Prediabetes, well you would think you either have type 2 diabetes or you don’t! In one way it’s true, you don’t yet have type 2 but it’s certainly trying to catch you. Already changes are going on inside your body and they have been for a time now, probably a couple of years. These changes have affected how your body uses both insulin and sugar.
Blood sugar levels vary through the day, your levels are lower before eating and naturally higher following a meal. Your recent test for fasting blood sugars showing you were prediabetic, would have been between 100 to 125 mg/dl (5.5 to 6.9 mmol/l). Levels higher than 126 mg/dl (7 mmol/l) indicate full blown type 2 diabetes. The impaired or prediabetic range for the glucose tolerance test is between 140 to 199 mg/dl (7.8 to 11 mmol/l).
What does this mean to you?
it means your pancreas may not be making enough insulin
your pancreas is still making enough insulin but your body is not responding well to insulin’s commands
the amount of insulin being produced, be it a normal amount or more, isn’t enough to “open the doors” to certain body cells, and the cells have stopped responding to insulin’s commands to let blood sugar in
you eat more food than your body can deal with
could be one or several of the above
What action should you take?
are you overweight or obese? What is your waist measurement … 40 inches (100 cm) for a male or 34 inches (84 cm) for a female puts you in type 2 diabetes territory. Stabilize your weight then lower your weight to a healthy level. You will gain benefits from any weight loss. You could consult with a dietitian who specializes in diabetes or find a diet book that sets out a style of eating that you will stick with. It needs to be a long-term plan, slow and steady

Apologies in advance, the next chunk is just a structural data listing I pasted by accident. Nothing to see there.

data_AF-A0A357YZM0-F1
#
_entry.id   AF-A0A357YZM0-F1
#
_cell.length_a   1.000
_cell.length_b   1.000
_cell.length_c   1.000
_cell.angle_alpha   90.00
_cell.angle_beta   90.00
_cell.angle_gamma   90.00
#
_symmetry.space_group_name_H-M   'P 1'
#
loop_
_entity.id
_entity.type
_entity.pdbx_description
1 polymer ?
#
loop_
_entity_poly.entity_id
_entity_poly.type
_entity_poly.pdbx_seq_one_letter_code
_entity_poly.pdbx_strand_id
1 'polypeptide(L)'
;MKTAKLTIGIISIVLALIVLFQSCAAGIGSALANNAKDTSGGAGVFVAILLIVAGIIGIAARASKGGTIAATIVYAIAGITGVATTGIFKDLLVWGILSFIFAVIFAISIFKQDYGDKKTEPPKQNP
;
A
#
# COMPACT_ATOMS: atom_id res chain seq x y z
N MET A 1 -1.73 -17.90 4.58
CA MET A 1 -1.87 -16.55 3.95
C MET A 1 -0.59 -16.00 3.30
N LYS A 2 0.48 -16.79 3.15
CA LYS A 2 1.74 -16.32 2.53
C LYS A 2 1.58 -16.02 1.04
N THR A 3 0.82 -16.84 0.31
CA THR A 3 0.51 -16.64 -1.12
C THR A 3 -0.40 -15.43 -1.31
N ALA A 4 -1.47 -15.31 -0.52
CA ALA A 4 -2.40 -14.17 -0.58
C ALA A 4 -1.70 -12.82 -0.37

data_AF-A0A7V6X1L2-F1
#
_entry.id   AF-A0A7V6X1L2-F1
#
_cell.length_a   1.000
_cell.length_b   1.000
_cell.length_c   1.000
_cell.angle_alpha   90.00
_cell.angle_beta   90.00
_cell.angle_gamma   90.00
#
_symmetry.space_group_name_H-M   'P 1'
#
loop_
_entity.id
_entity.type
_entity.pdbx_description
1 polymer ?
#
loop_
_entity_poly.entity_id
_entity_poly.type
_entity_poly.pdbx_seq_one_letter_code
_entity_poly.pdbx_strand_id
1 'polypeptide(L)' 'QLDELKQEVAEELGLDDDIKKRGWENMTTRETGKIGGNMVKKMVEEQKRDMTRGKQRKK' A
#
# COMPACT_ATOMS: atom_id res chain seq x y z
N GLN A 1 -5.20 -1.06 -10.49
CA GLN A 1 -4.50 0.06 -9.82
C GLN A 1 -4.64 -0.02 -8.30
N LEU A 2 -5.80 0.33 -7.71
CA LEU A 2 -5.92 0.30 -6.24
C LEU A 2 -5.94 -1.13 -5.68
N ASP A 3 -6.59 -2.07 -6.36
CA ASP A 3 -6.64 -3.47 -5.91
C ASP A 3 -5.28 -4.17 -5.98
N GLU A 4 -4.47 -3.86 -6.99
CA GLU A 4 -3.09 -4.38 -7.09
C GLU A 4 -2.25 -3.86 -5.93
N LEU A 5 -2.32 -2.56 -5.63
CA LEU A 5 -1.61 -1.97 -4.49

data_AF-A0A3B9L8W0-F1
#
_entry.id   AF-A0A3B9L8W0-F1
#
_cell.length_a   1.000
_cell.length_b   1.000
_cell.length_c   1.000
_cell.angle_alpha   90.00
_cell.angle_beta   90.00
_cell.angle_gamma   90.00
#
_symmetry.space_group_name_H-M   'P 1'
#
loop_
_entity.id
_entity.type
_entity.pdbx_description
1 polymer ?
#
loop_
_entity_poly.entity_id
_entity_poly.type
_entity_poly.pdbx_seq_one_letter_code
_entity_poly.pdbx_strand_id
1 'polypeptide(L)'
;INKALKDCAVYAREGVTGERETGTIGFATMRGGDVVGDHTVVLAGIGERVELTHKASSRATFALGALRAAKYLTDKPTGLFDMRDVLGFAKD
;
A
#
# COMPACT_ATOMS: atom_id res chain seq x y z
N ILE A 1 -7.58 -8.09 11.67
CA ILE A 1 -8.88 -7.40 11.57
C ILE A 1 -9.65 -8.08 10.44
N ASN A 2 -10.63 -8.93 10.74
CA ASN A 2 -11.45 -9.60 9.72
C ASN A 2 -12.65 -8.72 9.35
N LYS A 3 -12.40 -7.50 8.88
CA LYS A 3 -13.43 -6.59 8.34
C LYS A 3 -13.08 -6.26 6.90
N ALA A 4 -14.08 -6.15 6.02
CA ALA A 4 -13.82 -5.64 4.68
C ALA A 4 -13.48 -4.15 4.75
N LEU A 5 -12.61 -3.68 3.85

increase your physical activity. Keep it simple, maybe start walking. Start out small, ten minutes the first days and gradually increase the time up to 20 to 30 minutes four or five times a week. This helps with weight loss. But also with reducing your blood sugars; exercise uses glucose stored in your muscles which then signals your body to send along more from your bloodstream
if your health care provider prescribed medications you will need to follow his instructions. When you lose weight have your health care provider review your medications. Weight loss and major lifestyle changes may actually be more effective than intensive medications.
learn to monitor your blood sugar levels because that’s how you will know straight away if you are keeping your blood sugar levels near to normal